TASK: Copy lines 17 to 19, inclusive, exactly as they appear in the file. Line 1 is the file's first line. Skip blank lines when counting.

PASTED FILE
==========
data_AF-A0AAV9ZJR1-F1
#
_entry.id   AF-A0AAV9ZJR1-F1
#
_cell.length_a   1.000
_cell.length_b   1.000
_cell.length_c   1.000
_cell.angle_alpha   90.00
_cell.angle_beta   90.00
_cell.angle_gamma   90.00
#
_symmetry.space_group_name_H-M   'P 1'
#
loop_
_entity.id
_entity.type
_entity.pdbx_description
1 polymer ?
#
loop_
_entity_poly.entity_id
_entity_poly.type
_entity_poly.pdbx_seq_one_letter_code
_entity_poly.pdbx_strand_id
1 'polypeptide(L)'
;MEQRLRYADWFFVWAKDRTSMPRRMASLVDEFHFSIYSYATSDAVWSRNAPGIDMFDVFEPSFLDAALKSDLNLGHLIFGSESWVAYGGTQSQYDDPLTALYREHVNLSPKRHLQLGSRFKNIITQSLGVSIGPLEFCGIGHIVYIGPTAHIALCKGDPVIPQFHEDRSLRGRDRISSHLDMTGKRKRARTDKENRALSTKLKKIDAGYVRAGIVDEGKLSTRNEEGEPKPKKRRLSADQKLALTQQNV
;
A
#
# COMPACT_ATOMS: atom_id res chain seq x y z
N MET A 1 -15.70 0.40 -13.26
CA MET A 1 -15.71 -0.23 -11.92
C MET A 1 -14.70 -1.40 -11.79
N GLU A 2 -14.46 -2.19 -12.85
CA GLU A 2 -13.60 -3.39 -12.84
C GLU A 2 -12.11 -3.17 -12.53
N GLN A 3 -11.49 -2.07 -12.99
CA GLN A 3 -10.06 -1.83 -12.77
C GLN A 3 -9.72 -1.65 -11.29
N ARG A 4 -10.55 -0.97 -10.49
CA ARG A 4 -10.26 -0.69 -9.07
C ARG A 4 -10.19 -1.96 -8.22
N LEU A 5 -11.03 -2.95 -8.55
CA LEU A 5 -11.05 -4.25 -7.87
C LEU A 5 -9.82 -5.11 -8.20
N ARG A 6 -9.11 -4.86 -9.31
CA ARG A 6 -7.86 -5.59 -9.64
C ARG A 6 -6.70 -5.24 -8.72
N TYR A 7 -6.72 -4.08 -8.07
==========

_entity.pdbx_description
1 polymer ?
#